Tourism in Africa

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Roman Ruins In The east Region Of Algeria

Tourism is an important economic sector for many countries in Africa. There are many countries that benefit heavily from tourism like Uganda, Algeria, Egypt, South Africa, Kenya, Morocco, Tunisia, Ghana and Tanzania.[1] The touristic particularity of Africa lies in the wide variety of points of interest, diversity and multitudes of landscapes as well as the rich cultural heritage. Also, an ecotourist industry is present in some African countries (i.e. South Africa, Kenya, Namibia, Rwanda, Zambia, Uganda, Mozambique, ...).[2]


The continent of Africa can be divided into three groups relative to tourism:

  1. those countries with a developed tourism industry;
  2. those with a developing industry;
  3. those that would like to develop a tourism industry.

Countries like Morocco, Egypt, South Africa and Tunisia have a successful tourism industry. Countries like Kenya, Zimbabwe, Eswatini and Mauritius can be considered as countries that have steady and consistent income from tourism. Countries like Algeria and Burundi are countries that have little to no economic benefit from tourism, but would like to see it expand.[3]

The successful countries in tourism are thriving due to a variety of factors. Countries like Morocco and Tunisia benefit from their beautiful beaches and their relative proximity to Europe. Tourism in Egypt is based on the rich history of Ancient Egypt, pyramids, artifacts and breathtaking Red Sea beaches. South Africa and Kenya benefit from wild safari expeditions, attracting tourists to see the wildlife of Africa.


Map latitudinal gradient of biodiversity (Mannion 2014), indicating the biodiversity richness of the African continent

Ecotourism is the concept of responsible trips and travel to areas that might be protected and especially fragile. The intent is to create as little detrimental impact on the environment as possible. In some locations (such as Gorongosa National Park) where the wildlife has previously been decimated, rewilding has been done and much of the wildlife has been brought back (along with vegetation, thus allowing the environment to sequester more carbon then what was previously the case). This return of wildlife has created tourism opportunities (wildlife viewing, safari trips) allowing to bring in financial revenue. It also requires personnel such as park rangers, ... to be present, thus creating local employment opportunities.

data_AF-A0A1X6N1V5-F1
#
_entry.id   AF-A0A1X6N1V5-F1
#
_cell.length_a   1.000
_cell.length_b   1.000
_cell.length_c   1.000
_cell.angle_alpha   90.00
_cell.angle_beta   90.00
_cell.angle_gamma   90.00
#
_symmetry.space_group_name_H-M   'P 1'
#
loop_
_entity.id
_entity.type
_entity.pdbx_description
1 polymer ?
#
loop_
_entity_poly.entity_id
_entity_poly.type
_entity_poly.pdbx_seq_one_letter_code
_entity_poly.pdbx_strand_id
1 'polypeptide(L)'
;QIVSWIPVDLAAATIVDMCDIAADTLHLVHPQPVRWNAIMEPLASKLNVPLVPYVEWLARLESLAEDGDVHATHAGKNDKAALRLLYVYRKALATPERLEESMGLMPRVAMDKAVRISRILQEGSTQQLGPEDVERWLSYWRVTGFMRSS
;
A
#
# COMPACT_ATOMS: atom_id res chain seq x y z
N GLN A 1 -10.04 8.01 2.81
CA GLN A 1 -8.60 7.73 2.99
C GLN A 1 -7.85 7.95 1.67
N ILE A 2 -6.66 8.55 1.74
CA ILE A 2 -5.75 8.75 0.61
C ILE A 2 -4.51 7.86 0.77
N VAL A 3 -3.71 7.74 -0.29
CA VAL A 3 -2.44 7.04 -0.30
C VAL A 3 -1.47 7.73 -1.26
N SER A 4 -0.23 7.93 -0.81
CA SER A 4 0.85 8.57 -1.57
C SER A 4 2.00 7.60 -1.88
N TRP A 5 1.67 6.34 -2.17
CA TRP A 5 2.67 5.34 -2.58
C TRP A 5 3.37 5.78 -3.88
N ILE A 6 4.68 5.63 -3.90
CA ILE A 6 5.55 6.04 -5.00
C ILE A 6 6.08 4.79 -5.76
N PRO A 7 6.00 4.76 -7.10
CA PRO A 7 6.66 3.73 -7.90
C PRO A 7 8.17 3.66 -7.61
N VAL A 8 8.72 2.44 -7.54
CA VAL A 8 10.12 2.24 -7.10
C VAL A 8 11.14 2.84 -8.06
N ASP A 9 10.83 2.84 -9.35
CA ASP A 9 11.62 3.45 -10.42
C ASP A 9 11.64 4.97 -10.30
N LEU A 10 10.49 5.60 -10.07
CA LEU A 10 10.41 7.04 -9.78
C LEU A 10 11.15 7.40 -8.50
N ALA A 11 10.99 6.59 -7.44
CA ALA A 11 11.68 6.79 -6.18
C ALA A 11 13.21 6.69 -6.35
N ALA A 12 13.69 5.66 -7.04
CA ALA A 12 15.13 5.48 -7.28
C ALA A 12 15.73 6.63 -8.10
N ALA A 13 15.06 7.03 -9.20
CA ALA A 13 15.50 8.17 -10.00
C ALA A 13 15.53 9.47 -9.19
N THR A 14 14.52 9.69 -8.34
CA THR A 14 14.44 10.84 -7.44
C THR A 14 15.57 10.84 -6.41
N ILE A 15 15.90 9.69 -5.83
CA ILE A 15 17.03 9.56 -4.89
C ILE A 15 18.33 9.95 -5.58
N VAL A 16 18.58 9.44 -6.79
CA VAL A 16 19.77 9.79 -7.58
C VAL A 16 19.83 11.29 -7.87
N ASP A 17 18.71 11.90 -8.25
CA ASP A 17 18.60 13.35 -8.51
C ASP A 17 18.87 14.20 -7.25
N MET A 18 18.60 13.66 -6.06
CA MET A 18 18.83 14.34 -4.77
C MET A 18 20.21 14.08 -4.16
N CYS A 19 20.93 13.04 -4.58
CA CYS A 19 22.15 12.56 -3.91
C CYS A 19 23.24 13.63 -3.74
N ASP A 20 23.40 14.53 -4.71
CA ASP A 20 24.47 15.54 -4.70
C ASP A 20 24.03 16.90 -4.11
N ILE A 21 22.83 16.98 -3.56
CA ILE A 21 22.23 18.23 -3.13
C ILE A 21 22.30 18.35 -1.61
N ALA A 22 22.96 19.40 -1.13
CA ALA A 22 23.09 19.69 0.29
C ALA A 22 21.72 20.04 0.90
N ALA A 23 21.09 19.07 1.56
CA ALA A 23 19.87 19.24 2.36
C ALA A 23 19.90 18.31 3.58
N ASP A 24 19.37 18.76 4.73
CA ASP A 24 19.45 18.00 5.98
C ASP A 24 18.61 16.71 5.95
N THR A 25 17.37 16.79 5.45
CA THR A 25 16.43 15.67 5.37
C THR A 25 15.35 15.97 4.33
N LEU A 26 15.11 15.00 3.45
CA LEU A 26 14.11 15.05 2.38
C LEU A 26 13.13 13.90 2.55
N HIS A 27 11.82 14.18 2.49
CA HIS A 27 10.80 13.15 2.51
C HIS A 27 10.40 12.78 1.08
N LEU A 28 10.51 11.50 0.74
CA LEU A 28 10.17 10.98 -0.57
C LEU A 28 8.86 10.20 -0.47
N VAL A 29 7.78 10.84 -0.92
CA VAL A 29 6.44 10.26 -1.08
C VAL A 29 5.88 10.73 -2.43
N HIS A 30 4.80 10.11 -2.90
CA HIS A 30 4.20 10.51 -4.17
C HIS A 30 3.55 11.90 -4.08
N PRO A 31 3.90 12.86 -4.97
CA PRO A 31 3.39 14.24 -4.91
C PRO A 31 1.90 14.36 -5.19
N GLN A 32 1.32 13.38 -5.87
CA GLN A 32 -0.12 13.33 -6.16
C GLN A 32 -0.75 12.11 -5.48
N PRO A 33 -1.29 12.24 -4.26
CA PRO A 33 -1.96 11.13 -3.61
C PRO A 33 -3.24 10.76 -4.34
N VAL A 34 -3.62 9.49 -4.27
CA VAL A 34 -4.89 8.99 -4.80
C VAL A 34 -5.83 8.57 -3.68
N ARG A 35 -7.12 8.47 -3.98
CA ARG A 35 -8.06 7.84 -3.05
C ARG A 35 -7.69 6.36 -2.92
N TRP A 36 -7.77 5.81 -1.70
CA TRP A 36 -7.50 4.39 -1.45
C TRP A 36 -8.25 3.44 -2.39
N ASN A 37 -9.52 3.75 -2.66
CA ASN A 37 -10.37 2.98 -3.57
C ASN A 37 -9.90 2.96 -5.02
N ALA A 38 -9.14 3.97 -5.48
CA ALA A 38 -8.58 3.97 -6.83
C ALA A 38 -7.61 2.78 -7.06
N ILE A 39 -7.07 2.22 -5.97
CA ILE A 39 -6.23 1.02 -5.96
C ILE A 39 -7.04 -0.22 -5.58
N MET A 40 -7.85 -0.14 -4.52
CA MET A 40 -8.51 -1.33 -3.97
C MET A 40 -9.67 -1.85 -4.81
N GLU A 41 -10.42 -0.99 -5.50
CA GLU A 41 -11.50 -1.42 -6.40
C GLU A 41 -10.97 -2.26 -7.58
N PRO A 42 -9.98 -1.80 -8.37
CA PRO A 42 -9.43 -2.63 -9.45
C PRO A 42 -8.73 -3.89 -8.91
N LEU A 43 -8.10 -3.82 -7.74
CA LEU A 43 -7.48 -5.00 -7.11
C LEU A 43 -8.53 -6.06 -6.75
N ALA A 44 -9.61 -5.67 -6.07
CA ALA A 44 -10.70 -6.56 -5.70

Tourism by Arrivals[edit]

All of the data presented here is from the World Tourism Organization (UNWTO) and from "Reviewing Africa in the Global Tourism Economy."[4] The following table shows the number of arrivals in each country:

Country[a] Arrivals (2015)
Egypt 17,443,000
Angola 210,000
Botswana 1,559,000
Burundi 148,000
Cameroon 210,000
Cape Verde 198,000
Democratic Republic of the Congo 61,000
Djibouti 30,000
Algeria 4,244,000
Eritrea 83,000
Gambia 111,000
Guinea 45,000
Lesotho 304,000
Mali 143,000
Mauritius 934,827 (2020)[5]
Morocco 9,409,000
São Tomé and Príncipe 11,000
Senegal 769,000
Seychelles 129,000
Sierra Leone 40,000
South Africa 7,518,000
Eswatini 839,000
Togo 81,000
Tunisia 6,378,000
Uganda 1,468,000 (2017)
Zimbabwe 1,559,000

Tourism by Receipts[edit]

The following map and data depict the income from tourism in US dollar equivalent:

Country[b] Receipts (2020) in US$
Botswana 562,000,000
Burundi 2,000,000
Cape Verde 123,000,000
Egypt 16,851,000,000
Eritrea 66,000,000
Kenya 879,000,000
Lesotho 30,000,000
Malawi 26,000,000
Morocco 4,617,000,000
Mozambique 130,000,000
Namibia 348,000,000
Reunion 384,000,000
Seychelles 192,000,000
Sierra Leone 83,000,000
South Africa 7,327,000,000
Sudan 89,000,000
Uganda 1,400,000,000
Tunisia 2,063,000,000
Tanzania 4,468,000,000
Zimbabwe 1,559,000


See also[edit]


  1. ^ WhiteOrange. "Homepage". Ghana Tourism Authourity. Retrieved 2020-09-03.
  2. ^ Africa can Benefit from Nature-based Tourism in a Sustainable Manner
  3. ^ Otieno, Veronica (2018-07-03). "Tourism in Africa information: Facts, Statistics, Tourism in Africa by Country 2018". TINA Magazine. Retrieved 2020-02-17.
  4. ^ Rogerson, Christian (2017). "Reviewing Africa in the global tourism economy", Vol. 24 No. 3 United Nations World Tourism Organization. September 2017.
  5. ^ "Tourist arrival 2020 (mauritius)" (PDF). Retrieved 7 January 2012.

External links[edit]

Media related to Tourism in Africa at Wikimedia Commons

  • South Africa Tours - Official travel operator in Australia, New Zealand and the United Kingdom.